fire triangle


Terms in this set (...)

byproduct of combustion
______ fires have abundant supply of O in the air
wildland fuels
rapid oxidation occurs in 2 forms -
smoldering fires - no open flames, can be actively moving but not always (campfire when you wake up in am)
steady state fires - open flames, actively moving fires (what you want your campfire to look like)
components of fire triangle
oxygen sources
heat sources
% O required for combustion
%O in normal air
supply can be increased by wind
heat sources
causes fuels to reach ignition temperatures
heat is molecular motion - particles become excited & move around & create friction
heat sources may come from...
open flame, sun (dvd side up on road reflects sunlight), lightening, hot surfaces, sparks & arcs (highways & trains), friction (highways & trains?), chemical action, electrical energy, compression of gasses
may be solid liquid or gas
only gases burn - liquid & solid must be heated to gas to burn
initiation of combustion requires comversion to gaseous state by heating
leftover material that didn't burn
part of fuel that didn't burn
gaseous fuels
natural gas, propane, butane, hydrogen, acetylene, carbon monoxide
drip torch
slow drip of fuel (fire) coming out
gives more control than something that puts out as much butane as a torch
liquid fuels
kerosene, turpentine, alcohol, cod liver oil, paint, varnish, lacquer, olive oil
solid fuels
dust, coal, wood, paper, cloth, leather, plastic, sugar, grain, hay, cork
heat energy
as HE is released, further chemical changes occur adding more fuel and producing a self-sustaining process
heat activates & sustains chemical reactions needed for continued combustion
amount of heat required to reduce moisture content of the fuel depends on physical and chemical make-up of fuel & % of atmospheric moisture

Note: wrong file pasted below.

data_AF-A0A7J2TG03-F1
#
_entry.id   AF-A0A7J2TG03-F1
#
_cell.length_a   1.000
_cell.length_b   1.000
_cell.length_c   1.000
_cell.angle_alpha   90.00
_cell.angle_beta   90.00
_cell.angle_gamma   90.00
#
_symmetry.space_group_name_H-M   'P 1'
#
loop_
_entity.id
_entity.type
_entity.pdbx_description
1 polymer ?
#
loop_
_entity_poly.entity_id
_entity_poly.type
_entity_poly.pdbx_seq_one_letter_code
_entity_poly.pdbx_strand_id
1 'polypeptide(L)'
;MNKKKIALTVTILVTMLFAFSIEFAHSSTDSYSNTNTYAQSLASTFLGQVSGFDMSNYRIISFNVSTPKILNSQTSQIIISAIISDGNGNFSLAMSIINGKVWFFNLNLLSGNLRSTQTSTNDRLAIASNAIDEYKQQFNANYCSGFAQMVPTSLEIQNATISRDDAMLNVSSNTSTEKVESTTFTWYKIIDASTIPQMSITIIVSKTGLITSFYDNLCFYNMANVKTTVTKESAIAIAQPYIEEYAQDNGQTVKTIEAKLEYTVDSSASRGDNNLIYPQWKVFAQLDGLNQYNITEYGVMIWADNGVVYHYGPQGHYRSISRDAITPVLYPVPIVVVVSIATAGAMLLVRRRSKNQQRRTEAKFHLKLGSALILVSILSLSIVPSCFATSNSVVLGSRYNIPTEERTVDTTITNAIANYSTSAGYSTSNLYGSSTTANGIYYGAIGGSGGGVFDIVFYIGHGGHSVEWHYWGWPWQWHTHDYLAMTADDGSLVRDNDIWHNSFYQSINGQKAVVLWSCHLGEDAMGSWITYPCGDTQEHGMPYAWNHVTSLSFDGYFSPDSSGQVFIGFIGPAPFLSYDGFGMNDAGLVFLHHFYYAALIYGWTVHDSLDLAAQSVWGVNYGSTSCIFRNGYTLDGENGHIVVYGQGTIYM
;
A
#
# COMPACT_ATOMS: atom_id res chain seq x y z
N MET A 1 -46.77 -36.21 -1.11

if the supply of O is available to combustion process...
combustion process increases, then combustion intensifies
energy release
heat and light
#1 cause of TX wildifre
lack of humidity
day time humidity almost always lower than that of night, so fires start & spread during the day
self-sustaining process
supply can be increased by wind or rearranging fuels
heat transfer
allows sustained combustion
heat must transfer from involved fuels to those not involved
3 primary methods for heat transfer
conduction, convection, radiation
fire limiting/promoting factors
limiting - humidity
promoting - wind
when 2 objects of different temps contact (directly or thru medium) heat conducts from the warmer obj to the cooler obj until temps are equalized
ex. a burning log is sitting on a bed of dried leaves
heat conductors
heat conduction is the least important ignition of wildlife
metals like aluminum, copper & iron conduct heat rapidly & can play significant role in fire spread within structures
fibrous materials like plants & wood are poor conductors
heat transfer by conduction has limited effect on spread of wildifres
Gases heated in fire expand, becoming lighter, and rise
Can cause local winds (that you didn't plan for)
As gases rise up the column, sparks & embers are carried aloft. These burning material can fall back to earth & start spotfires.
Hot convected gases moving up a slope can dry out fuels, lowering their ingnition temperatures. These fules also become preheated by the convection heat, increasing their susceptibility to ignition and more rapid fire spread (fire runs up a hill much quicker than down).
Convection columns aren't important regarding initial ignition of wildfires, but can be a big deal after the burn has started.
ex. wind is blowing heat from a grass fire into tree branches
Heat waves (infrared rays) radiate in all directions from the heat source. Heat waves travel through air until they are totally or partially absorbed by an opaque object. The opaque object gains heat and in turn radiates heat from its surface.
ex. fire is burning down one side of a steep forested canyon
fire triangle
oxygen, heat, fuel
Broken when one or more of these components is removed, interrupting the combustion process & extinguishing fire
removing fuel
clearing space of all surface fuels down to mineral soil
common way to control or extinguish fires
also called fire lines
mineral soil
pretty much just the dirt, no organic material
organic soils will burn
removing oxygen
flappers/swatters - inch of thick, rectangular rubber pads on a stick are used in the field
can be effective to put out a small spot fire & most common way to extinguish camp fires
removing heat
class A foam (surfactant added to water to increase travel distance)